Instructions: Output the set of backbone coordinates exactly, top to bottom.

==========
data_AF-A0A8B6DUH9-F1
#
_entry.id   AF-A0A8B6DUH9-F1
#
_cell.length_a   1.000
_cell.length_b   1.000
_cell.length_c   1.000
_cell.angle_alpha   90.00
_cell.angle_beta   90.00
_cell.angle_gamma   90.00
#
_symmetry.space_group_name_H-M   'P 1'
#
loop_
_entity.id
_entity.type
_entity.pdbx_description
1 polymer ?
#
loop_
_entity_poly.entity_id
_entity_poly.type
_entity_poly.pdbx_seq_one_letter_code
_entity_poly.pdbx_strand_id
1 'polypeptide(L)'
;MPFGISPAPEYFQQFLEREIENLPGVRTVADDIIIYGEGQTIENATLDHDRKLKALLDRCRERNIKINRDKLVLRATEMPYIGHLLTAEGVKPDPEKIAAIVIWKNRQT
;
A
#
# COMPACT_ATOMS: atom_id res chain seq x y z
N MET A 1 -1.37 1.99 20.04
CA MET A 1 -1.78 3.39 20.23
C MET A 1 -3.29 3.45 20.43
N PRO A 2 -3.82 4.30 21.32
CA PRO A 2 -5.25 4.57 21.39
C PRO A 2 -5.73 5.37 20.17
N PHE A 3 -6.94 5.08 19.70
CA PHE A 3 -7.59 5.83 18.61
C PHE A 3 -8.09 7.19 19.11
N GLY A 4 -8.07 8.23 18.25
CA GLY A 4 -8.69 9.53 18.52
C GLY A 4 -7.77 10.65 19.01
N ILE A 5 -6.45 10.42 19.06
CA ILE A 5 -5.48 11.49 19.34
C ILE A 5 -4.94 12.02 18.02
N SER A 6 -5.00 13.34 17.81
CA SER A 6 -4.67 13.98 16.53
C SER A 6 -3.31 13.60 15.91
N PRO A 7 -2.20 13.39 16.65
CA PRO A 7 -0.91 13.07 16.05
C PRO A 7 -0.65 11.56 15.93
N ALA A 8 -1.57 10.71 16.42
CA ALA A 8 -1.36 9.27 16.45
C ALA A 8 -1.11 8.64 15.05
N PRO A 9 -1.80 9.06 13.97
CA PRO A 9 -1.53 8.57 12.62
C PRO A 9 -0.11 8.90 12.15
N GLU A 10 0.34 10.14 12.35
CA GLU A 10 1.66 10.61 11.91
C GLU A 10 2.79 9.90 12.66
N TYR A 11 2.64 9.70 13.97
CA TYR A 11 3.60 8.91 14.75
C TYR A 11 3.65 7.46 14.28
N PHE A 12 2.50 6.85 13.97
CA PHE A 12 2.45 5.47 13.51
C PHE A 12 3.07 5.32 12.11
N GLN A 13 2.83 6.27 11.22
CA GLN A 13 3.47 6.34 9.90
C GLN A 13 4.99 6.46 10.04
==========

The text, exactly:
data_AF-A0A8B6DUH9-F1
#
_entry.id   AF-A0A8B6DUH9-F1
#
_cell.length_a   1.000
_cell.length_b   1.000
_cell.length_c   1.000
_cell.angle_alpha   90.00
_cell.angle_beta   90.00
_cell.angle_gamma   90.00
#
_symmetry.space_group_name_H-M   'P 1'
#
loop_
_entity.id
_entity.type
_entity.pdbx_description
1 polymer ?
#
loop_
_entity_poly.entity_id
_entity_poly.type
_entity_poly.pdbx_seq_one_letter_code
_entity_poly.pdbx_strand_id
1 'polypeptide(L)'
;MPFGISPAPEYFQQFLEREIENLPGVRTVADDIIIYGEGQTIENATLDHDRKLKALLDRCRERNIKINRDKLVLRATEMPYIGHLLTAEGVKPDPEKIAAIVIWKNRQT
;
A
#
# COMPACT_ATOMS: atom_id res chain seq x y z
N MET A 1 -1.37 1.99 20.04
CA MET A 1 -1.78 3.39 20.23
C MET A 1 -3.29 3.45 20.43
N PRO A 2 -3.82 4.30 21.32
CA PRO A 2 -5.25 4.57 21.39
C PRO A 2 -5.73 5.37 20.17
N PHE A 3 -6.94 5.08 19.70
CA PHE A 3 -7.59 5.83 18.61
C PHE A 3 -8.09 7.19 19.11
N GLY A 4 -8.07 8.23 18.25
CA GLY A 4 -8.69 9.53 18.52
C GLY A 4 -7.77 10.65 19.01
N ILE A 5 -6.45 10.42 19.06
CA ILE A 5 -5.48 11.49 19.34
C ILE A 5 -4.94 12.02 18.02
N SER A 6 -5.00 13.34 17.81
CA SER A 6 -4.67 13.98 16.53
C SER A 6 -3.31 13.60 15.91
N PRO A 7 -2.20 13.39 16.65
CA PRO A 7 -0.91 13.07 16.05
C PRO A 7 -0.65 11.56 15.93
N ALA A 8 -1.57 10.71 16.42
CA ALA A 8 -1.36 9.27 16.45
C ALA A 8 -1.11 8.64 15.05
N PRO A 9 -1.80 9.06 13.97
CA PRO A 9 -1.53 8.57 12.62
C PRO A 9 -0.11 8.90 12.15
N GLU A 10 0.34 10.14 12.35
CA GLU A 10 1.66 10.61 11.91
C GLU A 10 2.79 9.90 12.66
N TYR A 11 2.64 9.70 13.97
CA TYR A 11 3.60 8.91 14.75
C TYR A 11 3.65 7.46 14.28
N PHE A 12 2.50 6.85 13.97
CA PHE A 12 2.45 5.47 13.51
C PHE A 12 3.07 5.32 12.11
N GLN A 13 2.83 6.27 11.22
CA GLN A 13 3.47 6.34 9.90
C GLN A 13 4.99 6.46 10.04